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Don't skip CHOGM, but keep it low key

2013 Nov 05

The exposé of another Sri Lankan war crime by UK’s Channel 4 changes very little except that it piles on even more pressure on the Indian government on the stand it has to take at some point in the next 10 days or so ahead of the CHOGM meet in Colombo November 15-17. War crimes on and forced disappearances of Sri Lanka’s ethnic minority Tamil citizens had been going on for years before the war against the Tamil Tigers ended in May 2009.

In the guise of winning the battle against separatists, Mahinda Rajapaksa has brazened it out in terms of all being fair in war. His efforts at international acceptance of his regime, warts and all, is premised upon a successful conduct of the meeting of the heads of government of the Commonwealth, a group of nations with a shared history of British occupation. But, UK’s Cameron is convinced that concerns over “Human rights record in Sri Lanka we are not happy with” are best delivered “in person.”

India is currently similarly disposed towards CHOGM as an opportunity to talk firmly to Sri Lanka on two issues of major concern — the first, a bilateral one, of fishermen from Tamil Nadu being continuously harassed with dozens of them spending weeks in northern Sri Lankan jails and the second, the larger question of rights of the Sri Lankan Tamils in the wake of their gaining a popular mandate in the Northern province. Whether the Prime Minister needs to be the functionary to tackle this task is a million dollar question.

Having met his Pakistan counterpart in New York and visited China to a warm reception, Manmohan Singh must fancy his chances of leaving a diplomatic legacy of striving for peace and cooperation in the region. But most of his own Tamil ministers have bowed to the populist sentiment of empathy for the greater Tamil cause and have vigorously opposed his visit to the island this month. It is now entirely his call whether he should risk domestic strife for his pan-Asian ambitions.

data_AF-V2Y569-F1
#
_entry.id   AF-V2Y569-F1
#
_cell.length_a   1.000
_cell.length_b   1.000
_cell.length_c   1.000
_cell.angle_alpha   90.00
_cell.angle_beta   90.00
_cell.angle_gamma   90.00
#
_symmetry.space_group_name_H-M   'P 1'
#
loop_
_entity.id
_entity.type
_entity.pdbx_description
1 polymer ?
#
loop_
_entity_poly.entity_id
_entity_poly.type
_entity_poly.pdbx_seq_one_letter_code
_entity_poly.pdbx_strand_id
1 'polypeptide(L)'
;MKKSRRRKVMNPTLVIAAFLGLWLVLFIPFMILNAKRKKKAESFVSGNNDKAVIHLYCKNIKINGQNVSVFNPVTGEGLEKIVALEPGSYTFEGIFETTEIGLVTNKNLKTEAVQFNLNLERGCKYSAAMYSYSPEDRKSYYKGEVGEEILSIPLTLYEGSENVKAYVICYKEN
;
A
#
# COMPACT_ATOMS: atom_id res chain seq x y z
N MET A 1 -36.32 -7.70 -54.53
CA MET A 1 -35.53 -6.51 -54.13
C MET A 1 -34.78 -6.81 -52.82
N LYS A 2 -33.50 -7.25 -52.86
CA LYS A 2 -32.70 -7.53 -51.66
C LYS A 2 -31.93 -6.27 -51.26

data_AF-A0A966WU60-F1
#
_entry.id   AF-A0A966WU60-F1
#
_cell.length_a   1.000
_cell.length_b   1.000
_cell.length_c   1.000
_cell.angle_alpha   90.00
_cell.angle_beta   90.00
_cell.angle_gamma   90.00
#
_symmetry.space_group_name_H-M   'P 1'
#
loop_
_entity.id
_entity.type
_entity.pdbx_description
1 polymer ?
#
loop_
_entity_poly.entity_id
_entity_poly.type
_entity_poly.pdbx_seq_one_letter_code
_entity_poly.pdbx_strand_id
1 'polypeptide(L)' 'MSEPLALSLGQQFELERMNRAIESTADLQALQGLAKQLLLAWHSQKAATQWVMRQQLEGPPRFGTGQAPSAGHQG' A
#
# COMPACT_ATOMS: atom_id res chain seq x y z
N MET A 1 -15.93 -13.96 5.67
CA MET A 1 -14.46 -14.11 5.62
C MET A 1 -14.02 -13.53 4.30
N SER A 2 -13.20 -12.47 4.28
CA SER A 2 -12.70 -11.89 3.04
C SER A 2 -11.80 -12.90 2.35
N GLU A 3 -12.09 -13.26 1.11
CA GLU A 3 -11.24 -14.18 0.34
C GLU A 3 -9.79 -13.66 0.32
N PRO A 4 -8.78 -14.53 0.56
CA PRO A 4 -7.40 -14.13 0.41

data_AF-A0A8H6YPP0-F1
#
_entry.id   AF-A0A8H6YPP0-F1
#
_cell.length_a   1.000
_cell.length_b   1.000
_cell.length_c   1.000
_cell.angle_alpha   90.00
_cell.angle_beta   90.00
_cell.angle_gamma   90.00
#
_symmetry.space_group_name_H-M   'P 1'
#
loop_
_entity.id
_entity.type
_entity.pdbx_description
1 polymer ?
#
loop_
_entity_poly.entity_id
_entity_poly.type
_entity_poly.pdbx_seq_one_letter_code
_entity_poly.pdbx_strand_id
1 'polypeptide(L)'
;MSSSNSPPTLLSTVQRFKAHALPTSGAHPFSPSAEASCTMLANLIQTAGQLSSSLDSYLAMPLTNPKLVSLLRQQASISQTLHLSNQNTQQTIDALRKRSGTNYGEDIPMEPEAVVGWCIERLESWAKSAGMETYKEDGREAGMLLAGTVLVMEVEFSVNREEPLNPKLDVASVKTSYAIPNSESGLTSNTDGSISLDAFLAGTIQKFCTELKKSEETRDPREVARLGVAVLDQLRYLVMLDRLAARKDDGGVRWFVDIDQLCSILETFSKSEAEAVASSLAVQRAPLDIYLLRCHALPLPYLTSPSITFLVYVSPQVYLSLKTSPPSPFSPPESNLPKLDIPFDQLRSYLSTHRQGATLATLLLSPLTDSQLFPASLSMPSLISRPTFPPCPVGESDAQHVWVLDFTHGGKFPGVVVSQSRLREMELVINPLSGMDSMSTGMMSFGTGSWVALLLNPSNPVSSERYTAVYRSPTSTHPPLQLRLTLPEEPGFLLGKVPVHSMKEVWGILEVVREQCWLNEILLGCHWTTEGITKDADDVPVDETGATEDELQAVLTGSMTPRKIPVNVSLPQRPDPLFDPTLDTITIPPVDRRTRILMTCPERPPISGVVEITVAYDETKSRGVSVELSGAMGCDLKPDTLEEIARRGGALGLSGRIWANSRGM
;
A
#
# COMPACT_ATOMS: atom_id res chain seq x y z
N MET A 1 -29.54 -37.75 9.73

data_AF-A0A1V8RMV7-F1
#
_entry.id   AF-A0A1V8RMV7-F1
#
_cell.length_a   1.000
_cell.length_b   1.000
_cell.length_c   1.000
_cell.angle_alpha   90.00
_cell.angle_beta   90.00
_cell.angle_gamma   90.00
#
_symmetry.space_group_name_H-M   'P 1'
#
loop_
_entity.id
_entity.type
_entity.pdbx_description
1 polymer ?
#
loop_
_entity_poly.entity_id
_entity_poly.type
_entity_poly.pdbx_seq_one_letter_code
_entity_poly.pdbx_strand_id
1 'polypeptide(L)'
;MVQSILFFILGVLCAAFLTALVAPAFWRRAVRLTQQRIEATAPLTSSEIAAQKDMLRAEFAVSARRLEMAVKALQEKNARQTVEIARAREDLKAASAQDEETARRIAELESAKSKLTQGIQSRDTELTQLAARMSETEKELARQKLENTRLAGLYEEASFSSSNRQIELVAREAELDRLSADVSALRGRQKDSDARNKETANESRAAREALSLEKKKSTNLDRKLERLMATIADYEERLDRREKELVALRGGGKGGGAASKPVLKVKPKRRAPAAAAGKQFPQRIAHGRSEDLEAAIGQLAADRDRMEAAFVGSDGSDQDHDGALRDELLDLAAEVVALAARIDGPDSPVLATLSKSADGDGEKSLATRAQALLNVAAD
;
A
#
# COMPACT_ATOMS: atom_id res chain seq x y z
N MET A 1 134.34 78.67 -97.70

A lesser representation at the level of a delegation headed by the vice-president Hamid Ansari and including the foreign minister Salman Khurshid may be no less in terms of lending legitimacy to Sri Lanka as CHOGM host but it would serve the purpose of taking up irksome issues. There is no denying India’s strategic interest in the island nation to its south that sits like a sentry to a vital ocean route to the east.

The question is not whether Sri Lanka is worthy of hosting this summit but whether India has too much to lose by weakening its sphere of influence. It’s not an easy decision and the suggested way out would be to reduce the level of representation in CHOGM but don’t skip it. 

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